Notes from Meeting 2 of the Humanities Advisory Group

Categories: Advisory Groups, Humanities

Humanities Advisory Group Meeting Notes

(recorded by Shel Sax ; reviewed by Andy Wentink and Holly Allen)

The Humanities Advisory Group met at 8:30 a.m., on Tuesday, May 19, 2009, in LIB105.

Attending: Holly Allen, Judy Watts, Brett Millier, MaryEllen Bertolini, Randy Ganiban, Heidi Graswick, Brenda Ellis, Dana Barrow, Pieter Broucke, Shel Sax, Andy Wentink, Amy Morsman, Will Nash, and for 10 minutes Joe Antonioli

Agenda

1. Impact of impending web makeover on departments

2. Sunsetting of Segue as a course management system and the process of finding its replacement

3. Discussion of research and technology instructions for students. What topics should be covered during the First Year Seminar orientations that are most relevant to the Humanities division?  What research and technology skills should students possess upon graduation and how can we best provide training, support and development of these skills

4. Open forum for additional discussion topics.

I  Web Makeover:

A fundamental concern is will the old content of departmental webpages be transferred to the new CMS or will the content need to be developed by each department and if the latter, if this is happening during the fall semester, do we expect departments to do this in the middle of the semester?

Note: we need to inform faculty of what they’re expected to do and when

Joe Antoinioli joined the meeting to offer the following:

  • Mary Backus has been charged with the staging and implementation of the departmental web sites. Need to identify what can be transferred from the old site, what can be added to the new site, when and how. Mary will be looking after the training and support issues.
  • Timeframe: Mary’s group will be meeting with her group starting next week. White Whale and Midd will develop a workbook to guide departments and faculty through the process.
  • The Training & Conversion group will assign members to work with each department, using the workbook, to help guide the process.

Some issues that arose in discussion: timing ;  support for coordinators and faculty  ;  who’s responsible ;  content issues (support of test, media, etc.) and social networking – the social networking will include tools such as, calendaring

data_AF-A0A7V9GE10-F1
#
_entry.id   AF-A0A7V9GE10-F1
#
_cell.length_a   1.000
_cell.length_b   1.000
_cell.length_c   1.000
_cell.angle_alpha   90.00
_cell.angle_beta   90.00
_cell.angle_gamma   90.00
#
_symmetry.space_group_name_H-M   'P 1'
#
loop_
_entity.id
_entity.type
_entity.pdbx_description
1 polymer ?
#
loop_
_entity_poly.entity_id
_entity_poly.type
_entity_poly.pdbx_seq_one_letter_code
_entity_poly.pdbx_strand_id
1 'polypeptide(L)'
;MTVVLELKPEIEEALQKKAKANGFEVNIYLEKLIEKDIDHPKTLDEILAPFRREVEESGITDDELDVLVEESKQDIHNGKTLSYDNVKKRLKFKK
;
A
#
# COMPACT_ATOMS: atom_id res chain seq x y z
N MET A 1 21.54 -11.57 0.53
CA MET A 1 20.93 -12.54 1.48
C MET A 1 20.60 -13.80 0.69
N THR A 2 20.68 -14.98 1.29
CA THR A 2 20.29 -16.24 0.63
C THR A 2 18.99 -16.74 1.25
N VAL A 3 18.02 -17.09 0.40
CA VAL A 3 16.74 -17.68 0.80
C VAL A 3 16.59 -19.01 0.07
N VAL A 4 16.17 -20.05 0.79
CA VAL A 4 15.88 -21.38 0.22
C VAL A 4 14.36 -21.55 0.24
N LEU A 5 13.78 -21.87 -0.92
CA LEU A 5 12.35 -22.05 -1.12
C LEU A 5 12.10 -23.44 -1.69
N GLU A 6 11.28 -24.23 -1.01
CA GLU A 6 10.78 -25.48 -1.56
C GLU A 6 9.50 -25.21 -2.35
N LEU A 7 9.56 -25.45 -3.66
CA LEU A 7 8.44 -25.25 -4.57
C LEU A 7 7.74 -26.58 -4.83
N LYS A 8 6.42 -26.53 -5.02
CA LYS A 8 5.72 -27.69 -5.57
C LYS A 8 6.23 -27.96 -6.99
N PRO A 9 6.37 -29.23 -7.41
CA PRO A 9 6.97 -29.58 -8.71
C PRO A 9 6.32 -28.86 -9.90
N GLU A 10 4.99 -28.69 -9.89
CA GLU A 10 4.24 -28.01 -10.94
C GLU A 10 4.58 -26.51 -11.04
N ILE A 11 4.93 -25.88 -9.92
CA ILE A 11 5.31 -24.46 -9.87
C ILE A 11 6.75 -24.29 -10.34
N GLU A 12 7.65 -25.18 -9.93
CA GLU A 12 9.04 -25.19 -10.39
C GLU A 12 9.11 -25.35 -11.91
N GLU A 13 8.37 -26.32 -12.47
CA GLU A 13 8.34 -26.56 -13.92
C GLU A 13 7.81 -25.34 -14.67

• currently, no automatic way of transferring content, so each department will have to decide what it wants to create, or copy and paste from existing web site
  • Holly Allen suggested that we look at other departmental sites at other colleges to see examples of exemplary sites – Joe noted that from the beginning of June, the designs from the Monterrey site will be available
  • Joe noted the Middlebury Makeover Blog at : http://sites.middlebury.edu/webredo/
  • Timeline for the summer will be made public this week and posted on the blog
  • Will faculty be able to work on their new sites from off-campus – YES

ACTION ITEM: find link on web makeover blog that directs to sample

1. White Whale has been charged with a set of templates to offer a limited set of designs and choices from which the Departments will charge.

II  Segue

Shel spoke to the issue of the sunsetting of Segue

  1. there were many questions as to why we’re making this change, what the ramifications are
  2. Shel emphasized that we need faculty support and input on this process

Some important points:

  • Segue will be around at least until summer 2010
  • No timetable is currently available for a go live date
  • We are evaluating alternatives including using Drupal or Moodle and that we’ll solicit faculty input
  • Suggested that WordPress be used as the alternative
  • Media Tutors can provide help with Word Press

Some faculty skepticism about whether Word Press is an adequate replacement for Segue

  • Shel recommended that people comfortable with Segue continue to use it and not use WordPress as a stepping stone to the new system, whatever it turns out to do.

III First Year Students – Research and Technology Orientation (currently in place within FYSE)

Topics identified by the Sciences Advisory Group Co-Coordinators (see below) were used as discussion points

  • Brett Millier thought the research steps a) through f) should be part of the FYS but the tech info should be presented before the semester starts
  • Holly Allen wants to see practical assignments that incorporate the research component into a realistic, applicable assignment
  • Will Nash echoed Holly’s suggestion about a research assignment that forces students to develop the requisite skills
  • Will also thought the tech assignment works out better when done within class

- As social software sites have become increasingly easy to use, student’ tech skills have diminished so that mapping a drive or saving to a server is challenging

  • Holly Allen asked about covering laptop etiquette, in particular discussion turned to banning laptops in class because students are not paying attention to what is going on in class

Discussion then covered laptops during screenings, classes, etc.